In Japan Focus, Peter Bosshard, Policy Director of International Rivers, writes about a new willingness among those in China who build and finance dam projects overseas to abide by international environmental standards:
Chinese dam projects have triggered strong protests among affected communities, environmental organizations and trade unions in countries such as Sudan, Botswana, Zambia and Burma. With a certain time lag, the government’s growing concern for the environment has also left its mark on China’s overseas investment policy. In 2006, the State Council called on Chinese investors to “protect the legitimate rights and interests of local employees, pay attention to environmental resource protection, care and support of the local community and people’s livelihood cause”, and to “preserve our good image and a good corporate reputation”. The Ministries of Environmental Protection and Commerce are currently preparing a guideline which will urge Chinese investors to apply China’s domestic environmental laws in overseas projects if host country standards are too weak.
International Rivers has witnessed the growing concern for the environment in our own work with Chinese dam builders and financiers. After we first warned about the role of China Exim Bank in funding rogue dam projects in 2004, a bank manager wrote back saying: “To my knowledge, [the Bank] actually cares about the environmental issues of its projects. Maybe its standard cannot reach yours or international common practice. Since it is one of export credit agencies in the world it really needs to meet the international practice.”
Two years later I had the chance to meet the President of China Exim Bank. He insisted that countries needed to reach a certain level of prosperity to care about the environment, but agreed that his institution shared an environmental responsibility for the projects it funds. The Bank adopted an environmental policy in 2004, and made it public after a request from NGOs in 2007. More detailed guidelines followed in 2008.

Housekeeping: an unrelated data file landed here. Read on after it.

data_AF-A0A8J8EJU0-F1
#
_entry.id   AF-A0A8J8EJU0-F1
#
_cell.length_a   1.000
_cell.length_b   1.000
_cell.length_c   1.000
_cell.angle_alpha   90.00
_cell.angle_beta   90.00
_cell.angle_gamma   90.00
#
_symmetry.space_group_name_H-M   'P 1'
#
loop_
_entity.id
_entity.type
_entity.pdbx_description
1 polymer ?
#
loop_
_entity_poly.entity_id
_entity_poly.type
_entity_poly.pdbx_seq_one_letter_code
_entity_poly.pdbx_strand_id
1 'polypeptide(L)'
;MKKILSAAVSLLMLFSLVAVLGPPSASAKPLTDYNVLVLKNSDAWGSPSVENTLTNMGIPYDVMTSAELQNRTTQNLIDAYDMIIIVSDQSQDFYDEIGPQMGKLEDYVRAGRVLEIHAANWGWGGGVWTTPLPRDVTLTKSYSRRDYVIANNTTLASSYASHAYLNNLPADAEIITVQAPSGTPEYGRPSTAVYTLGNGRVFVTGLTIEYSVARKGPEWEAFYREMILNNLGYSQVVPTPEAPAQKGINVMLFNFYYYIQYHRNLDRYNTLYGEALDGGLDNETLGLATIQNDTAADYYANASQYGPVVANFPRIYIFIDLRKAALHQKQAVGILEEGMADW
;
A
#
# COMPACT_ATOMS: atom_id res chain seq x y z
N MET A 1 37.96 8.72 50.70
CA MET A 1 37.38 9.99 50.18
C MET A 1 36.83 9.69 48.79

…Policy changes at the leading Chinese dam builder and financier are important first steps. Yet as we know from other institutions, including the World Bank and Western banks, there is often a big gap between an environmental policy and actual practice on the ground. The proof of the pudding is in the eating. What is happening there?
For more on this topic, listen to a podcast interview with Peter Bosshard on CDT.
Also related, Global Post has an article about local opposition to the domestic Nu River dam, which is planned but has been put on hold:
While environmentalists remain staunchly opposed to damming the Nu, the controversy is not black and white. China is hungry for energy and 80 percent of the country’s electrical supply is currently provided by dirty coal-fired plants. Hydropower, which accounts for just 15 percent of China’s electricity, is seen as a cleaner — albeit controversial — alternative.
The dams could also bring much needed jobs to the impoverished Nu region. The local government has estimated that 20 percent of residents in the region lack electricity, something the dams could remedy.
…Further upstream, near the town of Bingzhongluo, one villager, a Tibetan trekking guide, is less certain about the benefits of damming the Nu. The villager, who requested anonymity out of fear of reprisals, is in the fifth year of what he hopes will be a 20-year video documentary project chronicling the impact of the dams.
“People are more and more aware of the changes that would come from the dam, and they know they’re not good,” he said. “I worry about how we’re going to keep these villages alive.”
Indeed, local culture will be jeopardized should the project go ahead, says Wang Yongchen, a journalist and co-founder of the Beijing-based NGO Green Earth Volunteers, a group that was actively involved in the initial fight to save the Nu. Many villagers will have to be relocated from their traditional homes to cities up- and downstream. In one area near Liuku, a traditional Lisu bathing site will be washed away.